Nine tips to help you write online sales copy that sells

Just as copywriters the world over had perfected the art of online copywriting along came the Internet and turned everything on its head. Writing online sales copy isn’t exactly the same as writing offline sales copy. Here are a few of my favourite tips and techniques for writing online sales copy that sells:

Out and out sales copy is more of a turn off than ever. And let’s be honest it always was a bit of a turn off. Nine out of ten people say they positively try to avoid reading (or watching) advertising. It’s almost like the more you try to sell something the les people will want it.

Editorial-style copy is usually best. Readers like the fact that they’re discovering something useful, even if you’re secretly selling them something alongside. So imagine you’re writing a newspaper or magazine report. Offer information and even news, opinion, analysis.

The most effective techniques of successful online copywriting are …. well, pretty much the same as the most effective principles of successful offline copywriting. If I had to pick one, then selling the benefits rather than the product (or the sizzle rather than the sausage as it’s often known) would be the most effective one.

More is more …. unfortunately. In a world awash with online information consumers don’t seem to think your content is credible unless you have lots (and lots) of it for the them to read. Long copy also serves a practical purpose in keeping customers on your site.

This doesn’t mean your copy can be verbose or padded however. You need to make every word count.

My reader …. my friend. In online copy it’s OK, if not essential, to cultivate a closer relationship with your reader than you ever dared possible in offline copy. Write your copy like you’re writing a letter (or an email) to someone you already know.

Listen …. don’t lecture. Online selling is a two way street. People like to feel you understand what they want and need and that their point of view is just as important as yours. The question is a wonderfully effective technique in online content. Ask your reader what they think, and ask for their feedback. (This is probably what clever Internet marketers would call engagement.)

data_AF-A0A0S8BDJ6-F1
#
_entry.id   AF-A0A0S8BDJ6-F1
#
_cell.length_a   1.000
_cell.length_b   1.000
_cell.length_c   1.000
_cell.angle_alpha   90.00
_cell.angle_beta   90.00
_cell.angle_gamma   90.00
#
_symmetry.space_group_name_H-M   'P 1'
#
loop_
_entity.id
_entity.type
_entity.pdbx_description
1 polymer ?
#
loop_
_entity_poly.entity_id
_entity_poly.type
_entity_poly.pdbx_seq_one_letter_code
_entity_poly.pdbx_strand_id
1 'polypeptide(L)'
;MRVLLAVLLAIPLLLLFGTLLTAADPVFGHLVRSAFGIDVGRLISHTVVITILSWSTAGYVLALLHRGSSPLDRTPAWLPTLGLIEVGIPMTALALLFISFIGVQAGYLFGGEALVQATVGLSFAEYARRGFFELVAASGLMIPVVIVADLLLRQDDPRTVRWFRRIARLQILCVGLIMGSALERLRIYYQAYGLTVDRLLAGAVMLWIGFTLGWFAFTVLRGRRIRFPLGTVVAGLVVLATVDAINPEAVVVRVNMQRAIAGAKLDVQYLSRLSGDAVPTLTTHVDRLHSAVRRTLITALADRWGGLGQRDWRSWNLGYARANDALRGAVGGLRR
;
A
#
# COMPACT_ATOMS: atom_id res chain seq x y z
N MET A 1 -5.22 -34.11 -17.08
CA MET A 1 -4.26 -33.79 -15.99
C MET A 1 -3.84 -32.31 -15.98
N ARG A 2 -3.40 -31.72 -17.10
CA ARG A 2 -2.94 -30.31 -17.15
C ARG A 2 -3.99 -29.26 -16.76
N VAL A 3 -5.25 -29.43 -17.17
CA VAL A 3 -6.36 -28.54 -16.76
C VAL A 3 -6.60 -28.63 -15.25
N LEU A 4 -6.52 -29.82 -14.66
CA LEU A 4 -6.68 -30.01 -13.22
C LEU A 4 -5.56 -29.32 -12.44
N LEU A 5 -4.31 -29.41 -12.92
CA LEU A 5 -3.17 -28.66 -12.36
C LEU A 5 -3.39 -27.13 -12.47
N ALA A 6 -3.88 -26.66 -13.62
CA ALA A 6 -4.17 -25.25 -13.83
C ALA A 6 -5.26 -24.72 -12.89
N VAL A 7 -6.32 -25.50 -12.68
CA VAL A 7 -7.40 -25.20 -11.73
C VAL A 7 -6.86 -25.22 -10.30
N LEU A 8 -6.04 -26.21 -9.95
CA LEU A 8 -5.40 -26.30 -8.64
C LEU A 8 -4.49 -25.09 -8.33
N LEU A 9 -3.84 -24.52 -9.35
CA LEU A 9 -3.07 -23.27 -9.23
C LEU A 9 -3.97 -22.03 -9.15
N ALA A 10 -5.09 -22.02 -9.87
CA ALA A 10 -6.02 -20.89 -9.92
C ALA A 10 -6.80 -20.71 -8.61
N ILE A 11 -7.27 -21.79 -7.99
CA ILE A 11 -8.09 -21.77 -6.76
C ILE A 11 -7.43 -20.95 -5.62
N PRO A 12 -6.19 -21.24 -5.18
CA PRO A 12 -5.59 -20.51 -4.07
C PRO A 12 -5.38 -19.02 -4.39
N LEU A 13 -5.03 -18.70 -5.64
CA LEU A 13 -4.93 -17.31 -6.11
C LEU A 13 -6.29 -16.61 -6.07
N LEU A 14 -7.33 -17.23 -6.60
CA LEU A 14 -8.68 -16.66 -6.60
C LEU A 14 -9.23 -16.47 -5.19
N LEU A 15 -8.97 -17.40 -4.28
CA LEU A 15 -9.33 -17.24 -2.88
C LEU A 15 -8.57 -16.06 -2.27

Keep it simple. Simple to read that is. Online content can be hard to read, especially on a phone or tablet. Break your copy up into bit-sized chunks. You’ll make it much easier to digest, and increase the chances your message will get through by breaking it up into short sections. Don’t be afraid to use one sentence paragraphs sometimes.

Justify what you’re saying. Consumers are increasingly sceptical and won’t take what you write as gospel. Worse still, it’s easy for them to check out your claims, facts and figures. If, for example, you say that your Mk10 widget is the most powerful on the market provide some justification to support that.

If you can convince them what you’re saying is right you’ll begin to convince them that your product or service is right too.

End with a call to action. This is another online copywriting technique which can be successfully lifted from the offline world. When a reader is reading your content online there are so many distractions that you really need to make it clear what you’d like them to do next. Whether you want them to enquire, fill in a form, click a link or place an order then make it crystal clear that action should be.

I hope you find these tips useful and that they’ll help you to improve your online copywriting skills. If you’d like some help with writing your online content don’t hesitate to get in touch with me: Mark Hempshell